I've found stickers are a really good way of coping with it. She's obsessed with them and get stickers for being kind and not being rude. She also gets to watch them being removed if she's naughty. It's starting to work, she very quickly says sorry if we threaten to remove them.
Stay strong! wink

franch Tue 02-Sep-08 23:18:14

Thanks lolly - and I'm so glad to hear you did it too Seuss (sorry!). Good luck to you too

bran Tue 02-Sep-08 23:42:30

Which way do your doors open franch? If your bedroom door opens inwards then a cheap rubber door wedge would stop it from being pushed open. At least you could lie comfortably on the bed, perhaps with headphones on, while they are battering on the door.

She's probably a bit young to understand still, but have you tried explaining the nothing is ever completely perfect, if you enjoy yourself even half the time you're doing well. I didn't really understand this when I was young. I was always vaguely dissatisfied until I was a teenager and I thought that other kids were happier than me because they had better lives/holidays/siblings/presents than me when in fact they were just more positive by nature.

bran Tue 02-Sep-08 23:50:13

Something that my mum used to use on me was a sort of competitive positivity. I find I do it a lot with DS too, although he's naturally quite positive anyway. So I list my favourite 3 things I did in the day, and he lists his favourite, and then the best 3 things I saw, the best 3 things I heard etc. It's a little bit Pollyanna-ish and forced but if you can make the ending of a negative into positive that works well. For instance if she was really hungry at lunch time and had to wait you could say "being so hungry made that chicken sandwich taste like one of the best I'd ever had" or "the rain was a bit miserable but it felt so wonderful when the sun came out again and everything sparkled with raindrops".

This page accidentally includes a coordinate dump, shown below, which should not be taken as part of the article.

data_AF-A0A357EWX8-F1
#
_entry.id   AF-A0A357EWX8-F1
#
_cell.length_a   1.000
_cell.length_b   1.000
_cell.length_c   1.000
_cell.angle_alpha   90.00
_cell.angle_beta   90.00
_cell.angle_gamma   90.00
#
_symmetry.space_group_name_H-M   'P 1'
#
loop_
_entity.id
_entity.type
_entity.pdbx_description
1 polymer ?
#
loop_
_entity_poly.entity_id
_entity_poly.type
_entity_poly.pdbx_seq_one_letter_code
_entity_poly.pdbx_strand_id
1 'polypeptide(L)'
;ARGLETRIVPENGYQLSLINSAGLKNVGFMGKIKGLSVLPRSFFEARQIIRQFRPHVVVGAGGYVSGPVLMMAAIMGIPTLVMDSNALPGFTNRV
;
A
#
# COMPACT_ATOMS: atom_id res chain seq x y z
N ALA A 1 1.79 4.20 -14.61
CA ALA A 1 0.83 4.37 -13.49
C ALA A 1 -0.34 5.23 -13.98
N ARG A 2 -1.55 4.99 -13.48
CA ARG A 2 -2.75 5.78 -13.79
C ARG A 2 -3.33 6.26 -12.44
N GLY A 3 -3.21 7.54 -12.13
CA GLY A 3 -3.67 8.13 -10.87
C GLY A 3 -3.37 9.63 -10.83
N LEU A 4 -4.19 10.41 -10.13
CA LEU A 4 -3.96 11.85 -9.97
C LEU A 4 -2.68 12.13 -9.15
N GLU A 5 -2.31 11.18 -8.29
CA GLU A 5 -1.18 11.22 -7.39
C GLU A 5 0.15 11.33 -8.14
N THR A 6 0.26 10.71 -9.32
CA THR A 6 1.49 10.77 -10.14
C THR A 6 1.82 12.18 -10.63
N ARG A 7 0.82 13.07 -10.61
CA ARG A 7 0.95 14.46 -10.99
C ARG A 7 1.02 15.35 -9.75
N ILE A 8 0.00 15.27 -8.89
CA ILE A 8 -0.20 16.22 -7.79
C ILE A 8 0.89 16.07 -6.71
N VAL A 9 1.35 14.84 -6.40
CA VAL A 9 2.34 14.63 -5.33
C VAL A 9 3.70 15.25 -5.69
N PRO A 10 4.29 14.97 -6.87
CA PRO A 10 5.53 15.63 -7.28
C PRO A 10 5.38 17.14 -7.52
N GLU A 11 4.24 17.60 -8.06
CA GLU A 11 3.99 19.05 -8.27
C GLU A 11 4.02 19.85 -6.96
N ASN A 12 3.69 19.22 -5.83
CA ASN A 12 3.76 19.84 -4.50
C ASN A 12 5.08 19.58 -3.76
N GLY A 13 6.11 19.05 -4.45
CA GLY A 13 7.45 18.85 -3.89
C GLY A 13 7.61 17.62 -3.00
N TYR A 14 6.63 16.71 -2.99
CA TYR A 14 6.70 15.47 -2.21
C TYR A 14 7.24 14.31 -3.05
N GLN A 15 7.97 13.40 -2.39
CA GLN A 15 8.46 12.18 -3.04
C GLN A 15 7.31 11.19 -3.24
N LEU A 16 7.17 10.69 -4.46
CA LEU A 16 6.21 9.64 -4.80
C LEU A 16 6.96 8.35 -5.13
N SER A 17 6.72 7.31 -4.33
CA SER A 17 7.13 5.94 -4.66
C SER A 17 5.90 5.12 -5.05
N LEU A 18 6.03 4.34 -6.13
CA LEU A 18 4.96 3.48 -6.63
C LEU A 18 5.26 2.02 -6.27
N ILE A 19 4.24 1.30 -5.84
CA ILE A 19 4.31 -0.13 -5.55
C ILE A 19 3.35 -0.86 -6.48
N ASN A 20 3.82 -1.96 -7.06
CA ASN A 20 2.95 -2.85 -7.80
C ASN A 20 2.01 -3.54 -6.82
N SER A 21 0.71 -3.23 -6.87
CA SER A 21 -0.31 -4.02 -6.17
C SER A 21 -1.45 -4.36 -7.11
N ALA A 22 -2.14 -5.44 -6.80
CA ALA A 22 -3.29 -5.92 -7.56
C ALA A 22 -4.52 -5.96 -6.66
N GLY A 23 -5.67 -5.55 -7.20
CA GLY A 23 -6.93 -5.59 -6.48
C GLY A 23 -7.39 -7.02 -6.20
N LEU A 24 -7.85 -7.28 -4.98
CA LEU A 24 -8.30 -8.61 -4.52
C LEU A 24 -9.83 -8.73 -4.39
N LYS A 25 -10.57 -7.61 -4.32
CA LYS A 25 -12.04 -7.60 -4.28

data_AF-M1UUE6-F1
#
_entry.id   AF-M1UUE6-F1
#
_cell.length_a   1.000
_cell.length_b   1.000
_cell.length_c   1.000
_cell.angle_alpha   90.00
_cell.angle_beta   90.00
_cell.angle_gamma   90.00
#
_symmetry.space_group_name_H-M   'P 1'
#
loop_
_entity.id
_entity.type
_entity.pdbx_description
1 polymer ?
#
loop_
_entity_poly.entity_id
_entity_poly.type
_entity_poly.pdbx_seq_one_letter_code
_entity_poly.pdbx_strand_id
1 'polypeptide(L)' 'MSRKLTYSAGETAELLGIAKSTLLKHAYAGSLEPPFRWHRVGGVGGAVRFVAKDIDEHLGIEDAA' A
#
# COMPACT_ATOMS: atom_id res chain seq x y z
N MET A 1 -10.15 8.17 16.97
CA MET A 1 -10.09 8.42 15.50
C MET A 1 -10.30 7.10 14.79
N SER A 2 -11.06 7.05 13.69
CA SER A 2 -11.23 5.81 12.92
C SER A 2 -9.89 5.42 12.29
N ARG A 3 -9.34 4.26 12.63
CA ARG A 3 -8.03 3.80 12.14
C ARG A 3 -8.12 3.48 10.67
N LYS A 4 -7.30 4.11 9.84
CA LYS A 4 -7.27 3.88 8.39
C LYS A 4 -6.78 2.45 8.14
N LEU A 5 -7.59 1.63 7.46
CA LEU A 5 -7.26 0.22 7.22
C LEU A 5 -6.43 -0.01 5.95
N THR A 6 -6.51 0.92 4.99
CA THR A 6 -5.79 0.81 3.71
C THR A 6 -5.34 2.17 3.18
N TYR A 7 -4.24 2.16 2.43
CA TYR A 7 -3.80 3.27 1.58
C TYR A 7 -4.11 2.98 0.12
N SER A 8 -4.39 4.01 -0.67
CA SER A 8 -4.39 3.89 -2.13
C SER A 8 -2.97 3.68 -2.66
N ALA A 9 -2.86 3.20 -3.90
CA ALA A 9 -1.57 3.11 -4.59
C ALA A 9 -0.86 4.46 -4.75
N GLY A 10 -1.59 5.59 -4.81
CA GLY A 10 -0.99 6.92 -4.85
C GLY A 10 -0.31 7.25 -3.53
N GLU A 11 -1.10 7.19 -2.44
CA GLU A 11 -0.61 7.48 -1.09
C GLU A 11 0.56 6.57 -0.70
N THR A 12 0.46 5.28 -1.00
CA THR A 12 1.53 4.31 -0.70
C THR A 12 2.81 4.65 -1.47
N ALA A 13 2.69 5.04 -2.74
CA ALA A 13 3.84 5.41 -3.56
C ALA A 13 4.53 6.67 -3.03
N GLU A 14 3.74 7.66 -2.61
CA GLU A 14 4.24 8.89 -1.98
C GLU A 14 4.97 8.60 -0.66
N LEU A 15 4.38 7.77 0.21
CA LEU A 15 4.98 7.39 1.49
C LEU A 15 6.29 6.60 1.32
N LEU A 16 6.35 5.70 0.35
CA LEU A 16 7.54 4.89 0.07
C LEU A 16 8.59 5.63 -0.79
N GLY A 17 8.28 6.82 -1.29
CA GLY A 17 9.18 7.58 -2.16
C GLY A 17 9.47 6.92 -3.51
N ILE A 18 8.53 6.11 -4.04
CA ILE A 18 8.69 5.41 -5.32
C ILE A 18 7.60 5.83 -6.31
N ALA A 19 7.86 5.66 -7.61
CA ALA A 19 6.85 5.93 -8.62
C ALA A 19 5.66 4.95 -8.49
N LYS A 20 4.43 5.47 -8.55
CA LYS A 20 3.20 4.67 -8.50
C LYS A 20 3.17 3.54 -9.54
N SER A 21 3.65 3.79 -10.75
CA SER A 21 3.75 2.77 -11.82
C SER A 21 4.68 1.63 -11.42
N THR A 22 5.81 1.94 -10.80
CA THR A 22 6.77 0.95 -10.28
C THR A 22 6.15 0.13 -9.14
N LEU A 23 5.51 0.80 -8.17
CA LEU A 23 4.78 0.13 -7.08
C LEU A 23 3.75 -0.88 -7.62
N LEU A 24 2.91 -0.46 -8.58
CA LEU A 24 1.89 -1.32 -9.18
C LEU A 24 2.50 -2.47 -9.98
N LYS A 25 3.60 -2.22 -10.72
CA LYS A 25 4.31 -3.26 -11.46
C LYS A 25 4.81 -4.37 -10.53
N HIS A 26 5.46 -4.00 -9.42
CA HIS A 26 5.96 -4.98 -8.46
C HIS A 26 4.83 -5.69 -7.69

zookeeper Tue 02-Sep-08 23:51:00

You sound normal to me - yesterday I got so dsperate with my three I piled them into the car drove to dartmoor ,did an emergency stop at the fist steep hill I saw and told them that if they ran to the top of it and ran back I would buy them an ice cream.

I sat and read the paper for twenty blissful minutes waving from the car.

If I couldn't get out of the house I would explode sometimes

SmugColditz Tue 02-Sep-08 23:53:39

LOUD classical music.

When mine are winding me up, nagging, whining, shouting banging, I put LOUD music on. It drowns out the majority.

You can't stop her complaining, it's true. But you DON'T have to listen to itl

franch Wed 03-Sep-08 08:58:35

Oh you're a lovely lot. Thanks for all this - it all makes sense

saramoon Wed 03-Sep-08 20:34:39

Made me laugh when you said about your dds following you around. Mine are 2 and a half and nearly 4 and always do that. Getting ready for work I give them breakfast, get them dressed and then we put on Cbeebies so i can get ready. No sooner am i upstairs in the bathroom, one of them is usually following me up there. Sometimes i just want to scream, just give me 2 minutes on my own!!!!!